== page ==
Live streaming of Supreme Court proceedings-Court accepts Modal Guidelines , Project to be implemented in Phases

Live streaming of Supreme Court proceedings- Court accepts Modal Guidelines. Project to be implemented in Phases starting within confines of the Court  

ABCAUS Case Law Citation:
ABCAUS 2535 (2018) 09 SC

Important Case Laws Cited/relied upon by the parties:

Two Writ Petitions had been filed in the Hon’ble Supreme Court seeking a declaration for permitting live streaming of Supreme Court case proceedings of constitutional and national importance having an impact on the public at large and a direction to make available the necessary infrastructure for live streaming and to frame guidelines for the determination of such cases which are of constitutional and national importance.

The Petitions were heads by a Full Bench comprising of Hon’ble CJI , Hon’ble A.M. Khanwilkar and Hon’ble Dr Dhananjaya Y Chandrachud.

The Attorney General for India, Shri K.K. Venugopal suggested the following guidelines to administer live streaming of Court proceedings:

1. The Live Streaming of Court proceedings should be introduced as a pilot project in Court No.1 and only in Constitution bench references. The success of this project will determine whether or not live streaming should be introduced in all courts in the Supreme Court and in Courts pan India.

2. To ensure that all persons including litigants, journalists, interns, visitors and lawyers are able to view the live streaming of the proceedings, a media room should be designated in the premises of the court with necessary infrastructural facilities. This will also ensure that courts are decongested. Provisions may also be made available for the benefit of differently abled persons.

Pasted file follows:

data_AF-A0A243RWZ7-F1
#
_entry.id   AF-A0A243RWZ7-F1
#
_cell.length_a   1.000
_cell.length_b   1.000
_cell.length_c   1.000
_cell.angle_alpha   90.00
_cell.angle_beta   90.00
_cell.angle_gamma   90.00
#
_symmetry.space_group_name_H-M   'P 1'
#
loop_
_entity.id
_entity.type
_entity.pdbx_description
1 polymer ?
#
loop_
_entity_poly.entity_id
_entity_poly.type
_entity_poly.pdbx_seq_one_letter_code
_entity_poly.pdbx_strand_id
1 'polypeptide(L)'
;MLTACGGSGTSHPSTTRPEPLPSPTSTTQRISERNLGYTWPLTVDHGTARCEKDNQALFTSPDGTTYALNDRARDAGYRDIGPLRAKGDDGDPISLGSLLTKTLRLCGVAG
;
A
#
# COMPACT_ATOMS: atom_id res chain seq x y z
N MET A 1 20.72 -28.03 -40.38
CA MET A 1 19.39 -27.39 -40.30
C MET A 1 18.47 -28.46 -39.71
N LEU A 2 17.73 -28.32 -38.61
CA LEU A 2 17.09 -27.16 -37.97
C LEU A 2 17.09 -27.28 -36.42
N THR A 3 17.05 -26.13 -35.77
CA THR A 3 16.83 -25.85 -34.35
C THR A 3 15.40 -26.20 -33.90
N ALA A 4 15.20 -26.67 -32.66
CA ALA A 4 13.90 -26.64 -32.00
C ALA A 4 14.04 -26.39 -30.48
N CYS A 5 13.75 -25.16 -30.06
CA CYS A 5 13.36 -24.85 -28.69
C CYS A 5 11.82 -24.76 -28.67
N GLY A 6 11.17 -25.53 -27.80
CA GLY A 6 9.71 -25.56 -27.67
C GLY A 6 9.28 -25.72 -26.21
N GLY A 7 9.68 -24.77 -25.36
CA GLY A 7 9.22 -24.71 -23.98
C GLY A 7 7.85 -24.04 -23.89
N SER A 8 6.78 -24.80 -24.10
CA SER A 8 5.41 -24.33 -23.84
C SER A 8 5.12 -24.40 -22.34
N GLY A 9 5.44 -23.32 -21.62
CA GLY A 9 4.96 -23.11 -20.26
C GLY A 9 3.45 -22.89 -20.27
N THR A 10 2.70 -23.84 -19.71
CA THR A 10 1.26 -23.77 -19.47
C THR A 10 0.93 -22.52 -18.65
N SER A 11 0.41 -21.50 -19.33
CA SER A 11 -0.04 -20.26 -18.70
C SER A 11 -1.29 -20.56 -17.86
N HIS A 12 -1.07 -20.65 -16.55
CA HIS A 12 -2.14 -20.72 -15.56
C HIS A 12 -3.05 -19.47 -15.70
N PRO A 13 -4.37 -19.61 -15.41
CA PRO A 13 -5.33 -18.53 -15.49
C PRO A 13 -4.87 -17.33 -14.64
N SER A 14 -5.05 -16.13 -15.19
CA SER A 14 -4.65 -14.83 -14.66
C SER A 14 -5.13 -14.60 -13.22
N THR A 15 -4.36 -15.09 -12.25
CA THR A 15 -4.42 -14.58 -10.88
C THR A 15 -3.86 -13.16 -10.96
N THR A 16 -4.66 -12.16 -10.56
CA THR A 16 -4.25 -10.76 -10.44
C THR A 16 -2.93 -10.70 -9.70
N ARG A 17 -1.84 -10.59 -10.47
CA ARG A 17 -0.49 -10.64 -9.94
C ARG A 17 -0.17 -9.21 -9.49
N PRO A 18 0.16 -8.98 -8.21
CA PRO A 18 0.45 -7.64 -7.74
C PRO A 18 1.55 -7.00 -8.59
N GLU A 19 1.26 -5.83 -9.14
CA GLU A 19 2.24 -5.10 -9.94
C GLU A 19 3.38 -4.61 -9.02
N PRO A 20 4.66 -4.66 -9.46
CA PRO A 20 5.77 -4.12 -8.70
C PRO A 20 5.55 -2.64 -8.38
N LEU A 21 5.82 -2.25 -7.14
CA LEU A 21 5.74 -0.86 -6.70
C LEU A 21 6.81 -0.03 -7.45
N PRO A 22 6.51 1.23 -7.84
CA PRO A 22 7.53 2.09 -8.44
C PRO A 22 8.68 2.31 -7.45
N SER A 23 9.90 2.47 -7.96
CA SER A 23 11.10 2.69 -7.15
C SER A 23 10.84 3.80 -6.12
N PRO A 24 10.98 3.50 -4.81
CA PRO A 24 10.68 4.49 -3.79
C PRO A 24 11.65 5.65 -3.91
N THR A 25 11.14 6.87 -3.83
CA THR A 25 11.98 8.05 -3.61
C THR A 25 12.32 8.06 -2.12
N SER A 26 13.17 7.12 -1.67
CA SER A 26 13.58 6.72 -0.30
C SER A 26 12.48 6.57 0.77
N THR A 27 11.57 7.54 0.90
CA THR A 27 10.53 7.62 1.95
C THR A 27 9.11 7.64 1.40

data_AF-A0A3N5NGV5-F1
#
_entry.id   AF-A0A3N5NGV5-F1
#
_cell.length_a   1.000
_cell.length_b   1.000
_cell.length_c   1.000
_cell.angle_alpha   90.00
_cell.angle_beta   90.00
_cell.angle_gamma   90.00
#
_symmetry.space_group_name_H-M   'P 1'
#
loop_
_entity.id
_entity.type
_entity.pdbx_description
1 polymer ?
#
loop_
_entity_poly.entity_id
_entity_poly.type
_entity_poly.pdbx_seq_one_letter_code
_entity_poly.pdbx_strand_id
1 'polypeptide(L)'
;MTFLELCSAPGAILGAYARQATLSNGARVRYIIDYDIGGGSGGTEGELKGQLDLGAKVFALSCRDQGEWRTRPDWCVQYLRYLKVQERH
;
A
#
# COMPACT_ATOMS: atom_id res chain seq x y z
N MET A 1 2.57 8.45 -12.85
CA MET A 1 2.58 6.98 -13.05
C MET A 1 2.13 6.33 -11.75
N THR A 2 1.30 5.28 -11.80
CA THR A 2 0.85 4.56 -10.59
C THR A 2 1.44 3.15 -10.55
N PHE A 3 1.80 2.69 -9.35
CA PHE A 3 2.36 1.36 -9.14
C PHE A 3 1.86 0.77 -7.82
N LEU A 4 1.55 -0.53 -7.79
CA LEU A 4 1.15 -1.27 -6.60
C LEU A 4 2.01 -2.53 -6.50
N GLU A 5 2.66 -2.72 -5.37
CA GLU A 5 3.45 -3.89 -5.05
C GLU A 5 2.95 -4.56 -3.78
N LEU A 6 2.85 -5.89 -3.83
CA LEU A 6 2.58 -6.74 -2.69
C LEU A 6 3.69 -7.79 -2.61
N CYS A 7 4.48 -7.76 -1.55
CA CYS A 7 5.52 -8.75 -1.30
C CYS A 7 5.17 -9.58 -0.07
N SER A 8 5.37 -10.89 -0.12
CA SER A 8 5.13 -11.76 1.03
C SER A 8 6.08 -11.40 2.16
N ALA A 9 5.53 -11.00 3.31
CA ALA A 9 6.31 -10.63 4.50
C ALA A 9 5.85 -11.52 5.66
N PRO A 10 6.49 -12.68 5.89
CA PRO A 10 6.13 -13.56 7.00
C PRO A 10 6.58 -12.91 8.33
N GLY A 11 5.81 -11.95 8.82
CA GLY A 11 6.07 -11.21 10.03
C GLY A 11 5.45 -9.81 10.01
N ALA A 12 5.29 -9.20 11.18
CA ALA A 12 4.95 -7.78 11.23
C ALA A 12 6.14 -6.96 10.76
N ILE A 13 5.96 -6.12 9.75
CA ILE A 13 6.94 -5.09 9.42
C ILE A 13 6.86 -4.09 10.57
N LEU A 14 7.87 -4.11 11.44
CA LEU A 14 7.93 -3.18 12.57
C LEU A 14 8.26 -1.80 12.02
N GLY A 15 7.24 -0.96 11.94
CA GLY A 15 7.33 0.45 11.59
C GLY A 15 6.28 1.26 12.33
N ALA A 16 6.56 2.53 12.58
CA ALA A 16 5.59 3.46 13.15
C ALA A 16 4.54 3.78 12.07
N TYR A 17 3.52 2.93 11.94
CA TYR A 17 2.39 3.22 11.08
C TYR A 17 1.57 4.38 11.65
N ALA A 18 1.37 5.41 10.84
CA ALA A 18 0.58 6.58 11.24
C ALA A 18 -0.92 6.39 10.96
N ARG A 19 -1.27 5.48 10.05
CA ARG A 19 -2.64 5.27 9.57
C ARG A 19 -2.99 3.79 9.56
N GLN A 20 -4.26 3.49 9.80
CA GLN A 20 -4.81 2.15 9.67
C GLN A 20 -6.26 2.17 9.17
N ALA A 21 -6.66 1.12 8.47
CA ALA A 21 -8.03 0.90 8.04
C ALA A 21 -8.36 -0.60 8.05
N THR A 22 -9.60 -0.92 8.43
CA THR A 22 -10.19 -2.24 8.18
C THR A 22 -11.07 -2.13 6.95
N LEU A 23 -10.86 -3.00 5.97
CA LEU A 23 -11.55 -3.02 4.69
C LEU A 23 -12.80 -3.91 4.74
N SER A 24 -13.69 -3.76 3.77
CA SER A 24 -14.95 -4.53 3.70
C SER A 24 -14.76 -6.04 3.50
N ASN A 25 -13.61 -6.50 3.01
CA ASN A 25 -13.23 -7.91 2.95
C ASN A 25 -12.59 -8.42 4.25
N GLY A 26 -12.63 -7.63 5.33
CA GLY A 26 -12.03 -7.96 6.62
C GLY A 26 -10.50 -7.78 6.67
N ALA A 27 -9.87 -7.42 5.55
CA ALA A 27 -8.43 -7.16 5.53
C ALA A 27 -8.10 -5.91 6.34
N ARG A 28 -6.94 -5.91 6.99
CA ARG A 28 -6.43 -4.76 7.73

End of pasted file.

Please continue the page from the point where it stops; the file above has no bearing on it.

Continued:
3. Apart from live streaming, the Supreme Court may, in the future, also provide for transcribing facilities and archive the audio-visual record of the proceedings to make the webcast accessible to litigants and other interested persons who are unable to witness the hearings on account of constraints of time, resources, or the ability to travel long distances to attend hearing on every single date. Such webcasts will also allow students of law to supplement their academic knowledge and gain practical insights into cases of national importance.

4. It is pertinent that this Hon‟ble Court lay down guidelines to safeguard and limit the broadcasting and recording of its proceedings to ensure better access to justice. Some of the recommendations are:

(a) The Court must have the power to limit, temporarily suspend or disallow filming or broadcasting, if in its opinion, such measures are likely to interfere with the rights of the parties to a fair trial or otherwise interfere with the proper administration of justice.

(b) The Court may law down guidelines/criterion to determine what cases constitute proceedings of constitutional and national importance to seek permission for broadcasting

(c) Broadcasting must not be permitted in the cases involving:

(i) Matrimonial matters,

(ii) Matters involving interests of juveniles or the protection and safety of the private life of the young offenders.